Photos: Sean Shoemaker
The monsoon season is finally sputtering to an end, but as we know from previous years, it will not pass without a bang and some squalls are still in store.
These three months of rain are traditionally regarded as the ‘off season’ and do not precipitate tourists into Nepal. Though visitors are often discouraged from visiting at the height of the trans-Himalyan rain shadow, they don't know what they are missing.
That information gap is what some in the industry are trying to correct, with a new type of tourism: promote the rain as an attraction itself in the arid but oil-rich sheikhdoms of the Persian Gulf. Or, as some have done in Mustang and Manang, sell the areas where the rains don’t reach.
Visitor arrival statistics show that the volume of tourists coming to Nepal decreases in May each year. These numbers stay low until August, picking up again at the end of September. Monsoon tourism is restricted to Indian pilgrims or Tibet-bound tourists making a stopover in Kathmandu.
But there is tremendous untapped potential for tourism in the districts behind the Annapurnas because the high mountains stop the monsoon clouds, says Tripple Gurung, owner of Om’s Home in Jomsom.
“The government needs to promote the monsoon, it needs to advertise, we need more visitors in the rainy season,” says Gurung, who also runs the Red House Hotel in Kagbeni.
Jomsom gets a flood of Indian and Nepali pilgrim traffic going to Muktinath, and there are also high-end trekking groups to Upper Mustang that are ready to pay the extra fees for visiting the restricted area.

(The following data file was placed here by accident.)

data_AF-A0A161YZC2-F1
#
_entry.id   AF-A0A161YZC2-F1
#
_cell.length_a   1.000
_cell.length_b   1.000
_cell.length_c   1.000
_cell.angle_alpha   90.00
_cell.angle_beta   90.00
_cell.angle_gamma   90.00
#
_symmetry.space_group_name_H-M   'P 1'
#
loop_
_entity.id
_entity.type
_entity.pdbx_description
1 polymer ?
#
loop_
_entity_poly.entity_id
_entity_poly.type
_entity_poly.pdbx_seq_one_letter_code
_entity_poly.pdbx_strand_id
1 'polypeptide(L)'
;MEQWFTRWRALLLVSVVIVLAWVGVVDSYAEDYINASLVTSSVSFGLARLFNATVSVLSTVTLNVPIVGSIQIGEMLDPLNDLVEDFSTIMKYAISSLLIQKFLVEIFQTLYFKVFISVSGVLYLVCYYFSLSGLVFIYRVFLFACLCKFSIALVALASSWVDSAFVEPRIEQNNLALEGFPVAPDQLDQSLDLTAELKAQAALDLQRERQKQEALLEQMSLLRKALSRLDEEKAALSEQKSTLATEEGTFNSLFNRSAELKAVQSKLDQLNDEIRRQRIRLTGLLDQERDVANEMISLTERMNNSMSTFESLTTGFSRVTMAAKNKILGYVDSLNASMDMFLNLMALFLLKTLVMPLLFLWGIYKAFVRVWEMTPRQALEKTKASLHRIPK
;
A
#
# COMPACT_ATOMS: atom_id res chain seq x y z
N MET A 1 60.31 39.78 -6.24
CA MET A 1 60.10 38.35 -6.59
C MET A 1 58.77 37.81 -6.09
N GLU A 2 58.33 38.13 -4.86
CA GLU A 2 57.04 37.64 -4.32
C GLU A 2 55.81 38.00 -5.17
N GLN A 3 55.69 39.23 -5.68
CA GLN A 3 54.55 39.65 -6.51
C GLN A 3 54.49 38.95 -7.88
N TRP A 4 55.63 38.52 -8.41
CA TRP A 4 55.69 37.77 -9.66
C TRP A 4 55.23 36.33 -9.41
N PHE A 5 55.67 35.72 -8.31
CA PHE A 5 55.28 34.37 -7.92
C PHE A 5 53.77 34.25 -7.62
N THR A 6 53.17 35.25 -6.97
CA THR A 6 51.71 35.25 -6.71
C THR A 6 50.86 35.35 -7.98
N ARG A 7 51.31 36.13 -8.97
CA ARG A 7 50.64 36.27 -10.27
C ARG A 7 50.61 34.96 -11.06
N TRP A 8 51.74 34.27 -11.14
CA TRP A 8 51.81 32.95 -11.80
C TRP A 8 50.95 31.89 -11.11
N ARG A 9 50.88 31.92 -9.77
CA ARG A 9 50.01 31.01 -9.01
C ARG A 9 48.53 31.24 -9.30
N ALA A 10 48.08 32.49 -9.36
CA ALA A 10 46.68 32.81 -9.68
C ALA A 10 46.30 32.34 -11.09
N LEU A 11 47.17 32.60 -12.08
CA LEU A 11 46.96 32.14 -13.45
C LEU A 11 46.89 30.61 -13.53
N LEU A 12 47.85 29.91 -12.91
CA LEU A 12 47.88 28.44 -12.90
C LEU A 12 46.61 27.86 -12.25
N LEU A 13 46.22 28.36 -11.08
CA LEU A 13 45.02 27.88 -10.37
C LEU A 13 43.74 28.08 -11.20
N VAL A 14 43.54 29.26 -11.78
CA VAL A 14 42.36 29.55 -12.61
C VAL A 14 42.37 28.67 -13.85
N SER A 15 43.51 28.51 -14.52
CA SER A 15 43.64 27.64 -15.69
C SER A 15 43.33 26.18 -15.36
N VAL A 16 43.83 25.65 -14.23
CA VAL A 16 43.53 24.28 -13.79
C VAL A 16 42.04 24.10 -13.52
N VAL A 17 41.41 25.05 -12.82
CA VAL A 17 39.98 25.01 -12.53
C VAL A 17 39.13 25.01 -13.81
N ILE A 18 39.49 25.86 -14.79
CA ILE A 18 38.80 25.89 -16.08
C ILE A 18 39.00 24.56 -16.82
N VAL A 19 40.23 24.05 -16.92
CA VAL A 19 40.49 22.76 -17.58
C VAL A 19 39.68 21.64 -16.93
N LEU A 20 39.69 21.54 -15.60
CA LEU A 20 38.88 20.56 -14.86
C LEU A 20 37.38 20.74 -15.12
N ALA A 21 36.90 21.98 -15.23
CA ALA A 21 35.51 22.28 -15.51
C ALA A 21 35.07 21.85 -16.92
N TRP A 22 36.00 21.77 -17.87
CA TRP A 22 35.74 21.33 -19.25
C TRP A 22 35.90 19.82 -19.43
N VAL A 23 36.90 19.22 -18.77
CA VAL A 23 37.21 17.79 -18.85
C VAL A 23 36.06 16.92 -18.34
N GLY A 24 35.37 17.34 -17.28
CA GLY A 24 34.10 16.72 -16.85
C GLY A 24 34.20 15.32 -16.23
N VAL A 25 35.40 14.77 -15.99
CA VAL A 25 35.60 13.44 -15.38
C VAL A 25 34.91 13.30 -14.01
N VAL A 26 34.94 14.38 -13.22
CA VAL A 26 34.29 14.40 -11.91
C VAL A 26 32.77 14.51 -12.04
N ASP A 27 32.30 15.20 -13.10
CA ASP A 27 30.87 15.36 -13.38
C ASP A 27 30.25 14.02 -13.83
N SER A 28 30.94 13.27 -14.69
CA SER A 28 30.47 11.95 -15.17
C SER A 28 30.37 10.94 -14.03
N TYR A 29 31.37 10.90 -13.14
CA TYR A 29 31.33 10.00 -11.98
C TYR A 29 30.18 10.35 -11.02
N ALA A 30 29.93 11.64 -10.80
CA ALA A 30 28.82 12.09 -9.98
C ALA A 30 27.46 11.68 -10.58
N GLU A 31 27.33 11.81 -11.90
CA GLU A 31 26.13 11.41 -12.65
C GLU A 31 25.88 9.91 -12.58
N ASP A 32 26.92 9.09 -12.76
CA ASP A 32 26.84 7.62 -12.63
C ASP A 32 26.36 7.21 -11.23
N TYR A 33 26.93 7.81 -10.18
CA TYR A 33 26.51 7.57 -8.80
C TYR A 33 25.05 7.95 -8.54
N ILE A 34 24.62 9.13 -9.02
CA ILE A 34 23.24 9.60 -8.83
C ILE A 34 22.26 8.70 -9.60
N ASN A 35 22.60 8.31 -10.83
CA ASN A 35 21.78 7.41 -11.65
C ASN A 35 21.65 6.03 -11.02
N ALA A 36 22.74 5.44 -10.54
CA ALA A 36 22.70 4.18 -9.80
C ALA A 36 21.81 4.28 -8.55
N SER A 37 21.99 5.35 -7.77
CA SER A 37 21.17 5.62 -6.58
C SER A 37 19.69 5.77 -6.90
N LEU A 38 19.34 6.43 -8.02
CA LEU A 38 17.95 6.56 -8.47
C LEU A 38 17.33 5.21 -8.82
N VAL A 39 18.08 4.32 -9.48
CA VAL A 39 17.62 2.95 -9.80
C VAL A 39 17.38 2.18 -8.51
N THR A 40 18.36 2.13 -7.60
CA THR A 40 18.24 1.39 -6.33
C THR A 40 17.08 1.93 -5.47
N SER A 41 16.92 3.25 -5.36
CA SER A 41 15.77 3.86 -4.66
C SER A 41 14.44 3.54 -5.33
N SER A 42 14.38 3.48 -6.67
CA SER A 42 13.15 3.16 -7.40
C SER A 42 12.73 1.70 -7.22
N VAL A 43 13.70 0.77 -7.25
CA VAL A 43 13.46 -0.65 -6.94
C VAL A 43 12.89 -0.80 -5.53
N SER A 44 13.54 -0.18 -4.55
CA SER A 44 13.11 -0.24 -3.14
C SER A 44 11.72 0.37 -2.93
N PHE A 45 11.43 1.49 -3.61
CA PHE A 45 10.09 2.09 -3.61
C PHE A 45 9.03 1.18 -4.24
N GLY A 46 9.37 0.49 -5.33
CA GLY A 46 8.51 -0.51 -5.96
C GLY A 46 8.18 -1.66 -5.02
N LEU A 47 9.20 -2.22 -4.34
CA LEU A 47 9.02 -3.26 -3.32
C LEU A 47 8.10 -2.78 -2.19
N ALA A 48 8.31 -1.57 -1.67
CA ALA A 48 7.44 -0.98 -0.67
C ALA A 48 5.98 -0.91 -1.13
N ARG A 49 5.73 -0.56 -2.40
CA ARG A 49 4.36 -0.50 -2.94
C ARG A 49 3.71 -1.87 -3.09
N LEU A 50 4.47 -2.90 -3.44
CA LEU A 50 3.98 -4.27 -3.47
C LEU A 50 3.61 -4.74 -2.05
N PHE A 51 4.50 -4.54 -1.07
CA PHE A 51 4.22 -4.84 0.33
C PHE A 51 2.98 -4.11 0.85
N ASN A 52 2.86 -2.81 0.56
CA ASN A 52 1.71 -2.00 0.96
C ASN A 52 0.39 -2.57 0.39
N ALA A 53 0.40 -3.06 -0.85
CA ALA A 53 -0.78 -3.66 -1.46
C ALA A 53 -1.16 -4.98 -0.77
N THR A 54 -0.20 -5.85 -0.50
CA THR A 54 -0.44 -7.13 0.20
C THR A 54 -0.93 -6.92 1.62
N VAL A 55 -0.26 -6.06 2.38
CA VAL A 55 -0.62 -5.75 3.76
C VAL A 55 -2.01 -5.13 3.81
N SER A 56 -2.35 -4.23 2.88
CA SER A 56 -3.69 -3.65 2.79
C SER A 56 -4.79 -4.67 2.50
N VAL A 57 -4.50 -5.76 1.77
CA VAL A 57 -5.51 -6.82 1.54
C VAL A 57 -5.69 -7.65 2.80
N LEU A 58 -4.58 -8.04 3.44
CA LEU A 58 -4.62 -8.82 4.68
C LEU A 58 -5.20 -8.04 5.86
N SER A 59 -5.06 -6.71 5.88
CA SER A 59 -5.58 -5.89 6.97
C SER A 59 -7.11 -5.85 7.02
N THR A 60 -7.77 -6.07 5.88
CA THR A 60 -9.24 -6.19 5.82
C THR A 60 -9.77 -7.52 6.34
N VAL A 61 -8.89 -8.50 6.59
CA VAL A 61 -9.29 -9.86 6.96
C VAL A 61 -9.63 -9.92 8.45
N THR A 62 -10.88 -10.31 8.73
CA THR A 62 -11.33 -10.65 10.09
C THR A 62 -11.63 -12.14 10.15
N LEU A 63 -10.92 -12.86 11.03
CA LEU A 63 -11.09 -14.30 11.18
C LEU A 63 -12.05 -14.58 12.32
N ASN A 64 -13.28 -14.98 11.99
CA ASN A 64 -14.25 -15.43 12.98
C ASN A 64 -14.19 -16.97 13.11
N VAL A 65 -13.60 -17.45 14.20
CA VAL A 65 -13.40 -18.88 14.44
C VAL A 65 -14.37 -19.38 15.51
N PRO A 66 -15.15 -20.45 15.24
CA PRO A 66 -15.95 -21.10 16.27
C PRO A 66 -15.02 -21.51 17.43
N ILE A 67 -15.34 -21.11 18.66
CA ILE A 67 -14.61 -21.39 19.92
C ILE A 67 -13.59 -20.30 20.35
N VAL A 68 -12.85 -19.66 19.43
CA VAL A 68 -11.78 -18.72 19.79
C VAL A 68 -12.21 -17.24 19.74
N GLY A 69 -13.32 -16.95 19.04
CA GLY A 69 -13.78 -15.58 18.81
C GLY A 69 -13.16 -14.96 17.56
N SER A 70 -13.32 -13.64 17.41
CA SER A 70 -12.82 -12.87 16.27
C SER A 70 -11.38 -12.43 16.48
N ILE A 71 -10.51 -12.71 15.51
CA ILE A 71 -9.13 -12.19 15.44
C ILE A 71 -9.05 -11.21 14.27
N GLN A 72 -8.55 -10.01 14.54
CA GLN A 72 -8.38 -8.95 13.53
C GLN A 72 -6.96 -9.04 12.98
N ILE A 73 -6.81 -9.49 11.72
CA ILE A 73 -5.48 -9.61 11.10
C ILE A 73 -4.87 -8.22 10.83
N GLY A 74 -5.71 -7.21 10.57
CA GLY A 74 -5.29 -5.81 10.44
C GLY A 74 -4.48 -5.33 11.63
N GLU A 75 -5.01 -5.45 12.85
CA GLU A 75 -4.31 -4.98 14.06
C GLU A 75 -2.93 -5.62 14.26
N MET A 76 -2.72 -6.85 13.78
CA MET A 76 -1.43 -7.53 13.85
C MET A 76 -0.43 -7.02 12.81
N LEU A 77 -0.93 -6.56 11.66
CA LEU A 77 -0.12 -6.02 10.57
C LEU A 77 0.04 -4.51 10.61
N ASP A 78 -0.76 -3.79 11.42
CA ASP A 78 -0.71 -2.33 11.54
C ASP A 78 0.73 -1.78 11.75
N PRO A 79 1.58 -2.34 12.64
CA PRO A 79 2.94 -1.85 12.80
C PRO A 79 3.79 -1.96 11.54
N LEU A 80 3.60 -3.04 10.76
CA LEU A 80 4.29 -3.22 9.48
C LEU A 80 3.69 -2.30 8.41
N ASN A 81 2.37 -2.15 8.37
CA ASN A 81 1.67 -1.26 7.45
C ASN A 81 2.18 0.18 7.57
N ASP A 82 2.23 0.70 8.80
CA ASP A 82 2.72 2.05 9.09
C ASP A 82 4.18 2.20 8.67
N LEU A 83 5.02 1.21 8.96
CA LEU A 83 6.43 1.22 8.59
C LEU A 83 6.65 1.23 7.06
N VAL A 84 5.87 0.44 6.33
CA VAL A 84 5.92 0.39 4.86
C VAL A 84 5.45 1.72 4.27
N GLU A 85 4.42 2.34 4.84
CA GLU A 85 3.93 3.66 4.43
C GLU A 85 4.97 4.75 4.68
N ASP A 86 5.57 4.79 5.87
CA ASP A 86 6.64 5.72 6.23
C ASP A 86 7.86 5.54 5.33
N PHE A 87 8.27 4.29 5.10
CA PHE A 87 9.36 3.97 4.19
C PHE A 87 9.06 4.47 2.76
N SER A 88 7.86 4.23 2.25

Hoteliers like Gurung are doing their own promotion, inviting guests staying in Jomsom to also spend a night or two in Kagbeni. The challenge for them is to fill up their hotels during the monsoon slump, when numbers are down 80% from the peak in September-October.
“Most of our guests in the monsoon are pilgrims, but even that is erratic because the road to Pokhara is often blocked by landslides,” says Karma Gurung, owner of Hotel Bob Marley in Muktinath where the famous Jamaican reggae singer is rumored to have stayed. Legend has it Jimi Hendrix also visited.
The seven-hour jeep ride to Pokhara is not for the faint-hearted, and flights are irregular during the monsoon due to weather. Priya Gridharan is a South Indian who lives in Oman. “Muktinath has always been on my mind: this happens to be the most difficult and sought after pilgrimage,” she says, “but it is a very bumpy ride. Our jeep was going backwards and suddenly it stopped. Our driver wasn’t able to go up and the tyres were skidding: I was really scared.”
Pilgrims can now ride all the way to Muktinath. From there, visitors are able to catch views of the dramatic transition from sub-tropical jungle to alpine forest and high-altitude desert within a few hours of driving. The Kali Gandaki Gorge is the deepest in the world, with the river flowing between eight-thousanders Mt Dhaulagiri and Mt Annapurna.
Says Tripple Gurung: “Mustang is such a unique place, it is blessed compared to other parts of Nepal. It has everything for everyone: pilgrimage, scenery, leisure, adventure.
As challenging as it may be to fight the stigma attached to the monsoon, Gurung seems hopeful and determined. “We need to find a marketing campaign, we need to get this off-season out of our mind.”
Mystical Mustang in the monsoon, Stéphane Huët
Nepal Monsoon Special Package, Clare Hennig, Merilin Piipuu and Louise Evangeline Ng
Mustang in March, Cythia Choo and Kenji Kwok